Monday, June 06, 2005

Accurate Because I Want It To Be

When I'm offering my opinion about matters, I will often, in the absence of documentary evidence state that I believe something to be true based upon circumstantial evidence (which is an acceptable means of deducing facts) but be unable to prove it. What got me over the edge to prove that something was more likely than not? Probably my biases, experience in evaluating similar matters, human behavior, etc. Admissible in court? No way, but those things can help to point the direction to the truth. And then again, they can be lousy compasses.

And last week Dan Rather found himself on Larry King defending his Texas Air National Guard AWOL story about the President. The always insightful Tom Bevan at RealClearPolitics offers this wisdom on Rather's King appearance.

One of the more effective attacks I like to make on an opponent is to get them to use negative language about their own position. It becomes very hard to back out of that. For example, the "nuclear option" wasn't a great term for conservatives to use, but we got stuck with that as the description of the tactic we planned to use. Rather has fallen victim to the same trap.

It's not a good thing to call the documents upon which your final story relied, which destroyed your career, but which you curiously still believe in, as "fraudulent" or "fake". And while he has by all accounts lost the rhetorical war, this misses the larger point.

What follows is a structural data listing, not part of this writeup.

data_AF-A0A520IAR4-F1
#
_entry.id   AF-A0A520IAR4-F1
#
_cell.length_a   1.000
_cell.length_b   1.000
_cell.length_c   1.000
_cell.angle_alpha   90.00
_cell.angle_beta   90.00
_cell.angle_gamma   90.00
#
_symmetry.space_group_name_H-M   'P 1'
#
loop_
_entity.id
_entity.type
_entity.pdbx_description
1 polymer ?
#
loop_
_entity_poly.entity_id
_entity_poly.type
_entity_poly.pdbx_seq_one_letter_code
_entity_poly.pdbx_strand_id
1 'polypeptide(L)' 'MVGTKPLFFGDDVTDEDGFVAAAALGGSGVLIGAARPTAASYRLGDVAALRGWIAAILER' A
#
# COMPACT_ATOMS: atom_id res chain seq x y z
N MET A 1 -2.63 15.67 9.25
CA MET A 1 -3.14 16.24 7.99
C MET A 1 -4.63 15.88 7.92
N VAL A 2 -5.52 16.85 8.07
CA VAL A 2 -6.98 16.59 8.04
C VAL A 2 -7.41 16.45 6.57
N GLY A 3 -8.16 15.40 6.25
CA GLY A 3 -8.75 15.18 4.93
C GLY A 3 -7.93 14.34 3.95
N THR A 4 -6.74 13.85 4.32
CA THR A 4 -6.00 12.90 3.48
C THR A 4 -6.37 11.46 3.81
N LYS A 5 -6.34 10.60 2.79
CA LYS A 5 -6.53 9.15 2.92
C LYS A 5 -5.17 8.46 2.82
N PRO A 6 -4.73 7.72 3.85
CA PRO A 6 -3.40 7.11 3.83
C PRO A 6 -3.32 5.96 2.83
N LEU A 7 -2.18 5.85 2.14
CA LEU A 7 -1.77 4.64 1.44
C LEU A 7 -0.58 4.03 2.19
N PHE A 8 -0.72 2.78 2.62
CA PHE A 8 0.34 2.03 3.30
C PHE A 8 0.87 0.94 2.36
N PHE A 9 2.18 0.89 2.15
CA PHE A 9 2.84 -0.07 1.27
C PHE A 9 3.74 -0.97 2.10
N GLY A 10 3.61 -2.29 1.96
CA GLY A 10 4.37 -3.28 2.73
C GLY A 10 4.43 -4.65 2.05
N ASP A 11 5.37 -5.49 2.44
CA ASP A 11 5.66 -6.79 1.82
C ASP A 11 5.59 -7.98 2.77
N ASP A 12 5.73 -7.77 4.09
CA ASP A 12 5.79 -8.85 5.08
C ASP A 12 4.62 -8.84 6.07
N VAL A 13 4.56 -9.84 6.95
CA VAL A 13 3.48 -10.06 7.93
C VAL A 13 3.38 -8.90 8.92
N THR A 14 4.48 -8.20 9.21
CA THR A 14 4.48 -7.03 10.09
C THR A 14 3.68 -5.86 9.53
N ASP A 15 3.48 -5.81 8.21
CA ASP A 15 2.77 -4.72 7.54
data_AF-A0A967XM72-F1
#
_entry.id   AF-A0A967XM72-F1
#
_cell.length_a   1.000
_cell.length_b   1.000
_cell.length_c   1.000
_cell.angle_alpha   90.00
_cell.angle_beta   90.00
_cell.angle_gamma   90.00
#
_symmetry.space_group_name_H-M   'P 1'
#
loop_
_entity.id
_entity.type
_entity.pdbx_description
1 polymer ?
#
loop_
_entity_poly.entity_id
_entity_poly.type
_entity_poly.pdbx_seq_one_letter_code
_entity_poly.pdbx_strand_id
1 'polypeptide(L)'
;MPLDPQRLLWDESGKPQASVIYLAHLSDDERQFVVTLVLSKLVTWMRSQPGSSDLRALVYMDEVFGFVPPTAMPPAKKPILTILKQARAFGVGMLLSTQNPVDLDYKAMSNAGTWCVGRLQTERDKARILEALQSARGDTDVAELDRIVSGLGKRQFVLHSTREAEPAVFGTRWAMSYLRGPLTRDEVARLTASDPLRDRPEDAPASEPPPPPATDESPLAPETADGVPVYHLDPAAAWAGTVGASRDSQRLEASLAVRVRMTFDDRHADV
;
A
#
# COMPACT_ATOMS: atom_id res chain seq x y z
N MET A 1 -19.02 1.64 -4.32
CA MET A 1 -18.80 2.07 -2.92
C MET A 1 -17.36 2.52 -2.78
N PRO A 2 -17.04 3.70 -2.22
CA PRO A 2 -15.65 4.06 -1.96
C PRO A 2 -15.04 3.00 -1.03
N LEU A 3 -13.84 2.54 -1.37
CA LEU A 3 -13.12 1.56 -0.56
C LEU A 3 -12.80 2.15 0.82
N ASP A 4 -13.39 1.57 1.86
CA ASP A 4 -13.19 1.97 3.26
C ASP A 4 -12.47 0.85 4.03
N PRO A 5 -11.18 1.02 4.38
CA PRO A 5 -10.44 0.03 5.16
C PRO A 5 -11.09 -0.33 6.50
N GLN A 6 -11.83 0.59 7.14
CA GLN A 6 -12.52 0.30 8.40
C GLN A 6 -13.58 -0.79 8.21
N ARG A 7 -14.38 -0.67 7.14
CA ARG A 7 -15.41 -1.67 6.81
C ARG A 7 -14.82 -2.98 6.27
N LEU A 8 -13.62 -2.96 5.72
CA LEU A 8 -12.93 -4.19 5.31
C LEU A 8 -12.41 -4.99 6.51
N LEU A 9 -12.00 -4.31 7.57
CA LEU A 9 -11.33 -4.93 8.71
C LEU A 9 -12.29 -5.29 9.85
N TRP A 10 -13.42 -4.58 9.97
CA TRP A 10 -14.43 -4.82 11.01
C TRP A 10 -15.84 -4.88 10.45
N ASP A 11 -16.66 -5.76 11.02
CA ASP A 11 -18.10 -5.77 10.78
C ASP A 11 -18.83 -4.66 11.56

If you read Tom Bevan's excerpt, Rather gleefully waves about the fact that Dick Thornburgh, a Republican, however paid by CBS, wasn't able to definitively conclude that the documents were fake. Rather presumes that he remains credible until the documents are proved false. But Rather knows as well as anyone that the burden of proof lies on he who is offering the documents, not those challenging them. The journalist has the burden of proving the authenticity of every single document and source.

But as I mentioned before, Rather isn't backing down. While the documents may be phony, Rather still believes in the things they say. But what evidence does he have for that belief? Bill Burkitt's bitter and psychologically unstable ramblings? Mary Mapes' equally subjective belief in the truth of the story? He believes it because he wants to believe it. He dislikes George W. Bush so much that he is convinced that the story is true.

But like the nutty conspiracy theorist carrying duffel bags full of papers to anyone who will listen, Rather most curiously continues to defend this discredited story with a straight face. It's fair to say that he has descended into the realm of the tin foil hat crowd.

And while a pitiful argument like Rather's might get one off of a criminal charge, in real life, it just makes you look like a schmuck.


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